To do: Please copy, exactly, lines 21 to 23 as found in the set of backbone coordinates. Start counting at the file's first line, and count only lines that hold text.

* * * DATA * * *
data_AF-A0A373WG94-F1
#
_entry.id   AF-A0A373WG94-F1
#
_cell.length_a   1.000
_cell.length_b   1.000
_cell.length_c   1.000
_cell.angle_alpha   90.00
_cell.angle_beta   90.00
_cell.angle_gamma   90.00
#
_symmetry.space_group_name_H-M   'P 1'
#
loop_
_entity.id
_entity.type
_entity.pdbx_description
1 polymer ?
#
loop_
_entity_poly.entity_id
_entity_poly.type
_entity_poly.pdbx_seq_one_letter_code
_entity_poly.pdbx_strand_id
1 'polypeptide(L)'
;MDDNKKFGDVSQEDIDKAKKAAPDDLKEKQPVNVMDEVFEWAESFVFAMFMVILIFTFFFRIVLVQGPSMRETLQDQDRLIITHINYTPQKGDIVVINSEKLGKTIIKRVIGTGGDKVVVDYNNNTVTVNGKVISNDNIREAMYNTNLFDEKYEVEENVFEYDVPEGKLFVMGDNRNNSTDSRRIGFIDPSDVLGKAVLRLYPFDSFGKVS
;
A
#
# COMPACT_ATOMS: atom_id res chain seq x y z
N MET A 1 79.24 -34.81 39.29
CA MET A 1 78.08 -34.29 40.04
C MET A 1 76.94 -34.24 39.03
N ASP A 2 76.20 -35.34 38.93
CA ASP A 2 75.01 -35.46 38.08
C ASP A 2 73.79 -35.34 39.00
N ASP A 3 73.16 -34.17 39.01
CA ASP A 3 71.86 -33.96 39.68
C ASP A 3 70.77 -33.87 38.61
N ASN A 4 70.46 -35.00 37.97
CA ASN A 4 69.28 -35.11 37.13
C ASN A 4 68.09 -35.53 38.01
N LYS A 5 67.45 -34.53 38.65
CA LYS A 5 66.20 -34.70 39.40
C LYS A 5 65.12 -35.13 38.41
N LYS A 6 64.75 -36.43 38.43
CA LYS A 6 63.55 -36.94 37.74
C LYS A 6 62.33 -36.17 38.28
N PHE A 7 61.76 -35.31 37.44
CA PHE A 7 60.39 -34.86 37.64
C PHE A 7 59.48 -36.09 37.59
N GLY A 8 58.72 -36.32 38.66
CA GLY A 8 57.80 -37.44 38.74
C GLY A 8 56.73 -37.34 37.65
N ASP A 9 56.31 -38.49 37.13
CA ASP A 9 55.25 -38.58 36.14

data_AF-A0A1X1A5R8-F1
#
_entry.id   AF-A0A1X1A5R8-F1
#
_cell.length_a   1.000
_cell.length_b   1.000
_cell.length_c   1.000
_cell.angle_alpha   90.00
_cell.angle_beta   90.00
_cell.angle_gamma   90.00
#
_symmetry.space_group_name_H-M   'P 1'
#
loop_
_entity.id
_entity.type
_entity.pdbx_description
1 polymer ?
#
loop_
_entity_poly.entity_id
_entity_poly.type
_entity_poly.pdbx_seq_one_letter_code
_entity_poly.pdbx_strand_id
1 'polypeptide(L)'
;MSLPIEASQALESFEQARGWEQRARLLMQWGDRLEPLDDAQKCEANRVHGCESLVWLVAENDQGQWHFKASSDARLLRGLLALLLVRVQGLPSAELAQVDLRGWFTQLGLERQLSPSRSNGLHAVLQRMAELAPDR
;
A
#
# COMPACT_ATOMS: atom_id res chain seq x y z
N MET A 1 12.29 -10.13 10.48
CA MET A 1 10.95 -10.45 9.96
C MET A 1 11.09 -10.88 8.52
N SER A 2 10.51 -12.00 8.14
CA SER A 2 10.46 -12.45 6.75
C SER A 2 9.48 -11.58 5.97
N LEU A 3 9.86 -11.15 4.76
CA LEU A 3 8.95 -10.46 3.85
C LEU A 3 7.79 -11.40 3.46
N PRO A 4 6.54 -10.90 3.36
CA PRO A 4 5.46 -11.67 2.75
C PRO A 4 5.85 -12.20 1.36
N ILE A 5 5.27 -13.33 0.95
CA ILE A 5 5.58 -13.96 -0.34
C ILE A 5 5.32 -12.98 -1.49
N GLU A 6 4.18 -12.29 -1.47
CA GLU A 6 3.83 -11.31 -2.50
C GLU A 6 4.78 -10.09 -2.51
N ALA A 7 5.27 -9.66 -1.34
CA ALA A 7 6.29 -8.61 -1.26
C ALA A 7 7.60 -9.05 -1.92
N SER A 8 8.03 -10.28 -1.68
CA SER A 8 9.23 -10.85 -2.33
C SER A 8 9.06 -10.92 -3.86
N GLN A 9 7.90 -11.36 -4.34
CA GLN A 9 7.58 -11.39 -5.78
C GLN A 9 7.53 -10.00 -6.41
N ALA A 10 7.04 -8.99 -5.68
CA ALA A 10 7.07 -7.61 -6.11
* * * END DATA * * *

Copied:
_entity_poly.entity_id
_entity_poly.type
_entity_poly.pdbx_seq_one_letter_code